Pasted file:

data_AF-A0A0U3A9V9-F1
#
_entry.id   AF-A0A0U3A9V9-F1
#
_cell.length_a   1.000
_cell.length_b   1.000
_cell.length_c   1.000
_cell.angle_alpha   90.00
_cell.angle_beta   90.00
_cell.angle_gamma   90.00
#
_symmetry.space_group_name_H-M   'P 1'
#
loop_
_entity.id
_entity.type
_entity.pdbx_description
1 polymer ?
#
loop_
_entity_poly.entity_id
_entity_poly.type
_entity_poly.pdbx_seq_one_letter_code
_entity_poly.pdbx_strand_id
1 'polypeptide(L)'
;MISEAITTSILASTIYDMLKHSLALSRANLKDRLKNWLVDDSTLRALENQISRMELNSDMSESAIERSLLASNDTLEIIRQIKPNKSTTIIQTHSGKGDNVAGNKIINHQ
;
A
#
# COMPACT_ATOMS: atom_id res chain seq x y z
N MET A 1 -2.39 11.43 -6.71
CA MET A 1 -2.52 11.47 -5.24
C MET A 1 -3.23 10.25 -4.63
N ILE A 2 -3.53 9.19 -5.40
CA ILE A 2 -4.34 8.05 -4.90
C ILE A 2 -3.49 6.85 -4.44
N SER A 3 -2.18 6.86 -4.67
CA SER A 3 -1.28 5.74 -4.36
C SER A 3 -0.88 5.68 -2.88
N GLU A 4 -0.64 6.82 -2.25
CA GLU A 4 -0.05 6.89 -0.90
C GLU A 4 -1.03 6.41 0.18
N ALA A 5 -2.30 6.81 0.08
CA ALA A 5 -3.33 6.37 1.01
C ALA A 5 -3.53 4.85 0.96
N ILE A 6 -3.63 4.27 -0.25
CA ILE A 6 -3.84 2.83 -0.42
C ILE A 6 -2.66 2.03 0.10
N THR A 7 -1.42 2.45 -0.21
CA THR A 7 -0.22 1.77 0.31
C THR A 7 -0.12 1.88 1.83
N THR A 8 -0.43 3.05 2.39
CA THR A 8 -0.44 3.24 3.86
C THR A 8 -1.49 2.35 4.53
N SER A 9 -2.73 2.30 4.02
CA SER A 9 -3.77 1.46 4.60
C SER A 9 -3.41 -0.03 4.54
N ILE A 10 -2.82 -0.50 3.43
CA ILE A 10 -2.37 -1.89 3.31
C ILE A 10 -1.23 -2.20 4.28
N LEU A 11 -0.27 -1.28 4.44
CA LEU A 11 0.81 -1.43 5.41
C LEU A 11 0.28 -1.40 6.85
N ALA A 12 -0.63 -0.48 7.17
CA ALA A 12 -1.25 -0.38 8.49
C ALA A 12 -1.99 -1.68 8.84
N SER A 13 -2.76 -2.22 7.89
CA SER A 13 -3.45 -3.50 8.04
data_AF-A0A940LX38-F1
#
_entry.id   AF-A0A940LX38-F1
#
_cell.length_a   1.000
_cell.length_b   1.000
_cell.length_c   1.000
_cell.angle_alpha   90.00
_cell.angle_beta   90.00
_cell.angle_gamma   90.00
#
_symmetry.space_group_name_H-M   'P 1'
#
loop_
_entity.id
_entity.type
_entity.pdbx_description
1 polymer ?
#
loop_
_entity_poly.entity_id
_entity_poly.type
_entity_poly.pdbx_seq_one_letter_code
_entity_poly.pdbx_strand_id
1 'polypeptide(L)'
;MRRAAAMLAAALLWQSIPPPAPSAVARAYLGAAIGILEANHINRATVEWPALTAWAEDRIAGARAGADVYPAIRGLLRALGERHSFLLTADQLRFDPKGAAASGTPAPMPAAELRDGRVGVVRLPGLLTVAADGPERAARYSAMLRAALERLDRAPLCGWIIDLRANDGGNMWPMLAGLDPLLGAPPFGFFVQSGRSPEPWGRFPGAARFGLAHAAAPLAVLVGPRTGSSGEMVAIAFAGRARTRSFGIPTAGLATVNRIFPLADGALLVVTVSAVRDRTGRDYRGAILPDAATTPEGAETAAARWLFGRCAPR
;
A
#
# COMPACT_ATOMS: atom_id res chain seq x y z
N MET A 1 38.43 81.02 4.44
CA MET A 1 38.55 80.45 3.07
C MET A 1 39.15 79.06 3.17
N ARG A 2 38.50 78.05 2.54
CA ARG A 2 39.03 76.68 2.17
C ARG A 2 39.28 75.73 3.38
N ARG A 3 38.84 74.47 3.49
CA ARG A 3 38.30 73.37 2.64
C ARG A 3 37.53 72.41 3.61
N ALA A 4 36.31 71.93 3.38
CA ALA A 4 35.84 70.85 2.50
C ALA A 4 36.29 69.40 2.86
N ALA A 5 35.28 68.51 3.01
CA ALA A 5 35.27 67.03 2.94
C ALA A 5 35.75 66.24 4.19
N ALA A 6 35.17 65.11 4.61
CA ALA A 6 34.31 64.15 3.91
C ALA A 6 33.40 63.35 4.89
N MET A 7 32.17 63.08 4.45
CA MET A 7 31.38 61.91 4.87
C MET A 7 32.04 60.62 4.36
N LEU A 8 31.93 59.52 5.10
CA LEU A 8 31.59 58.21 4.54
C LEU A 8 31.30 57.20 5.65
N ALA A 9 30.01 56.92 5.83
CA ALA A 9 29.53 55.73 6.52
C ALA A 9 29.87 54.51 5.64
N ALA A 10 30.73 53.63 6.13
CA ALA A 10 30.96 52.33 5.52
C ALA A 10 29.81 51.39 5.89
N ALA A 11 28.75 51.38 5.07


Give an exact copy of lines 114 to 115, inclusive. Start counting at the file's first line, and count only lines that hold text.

N ALA A 6 35.17 65.11 4.61
CA ALA A 6 34.31 64.15 3.91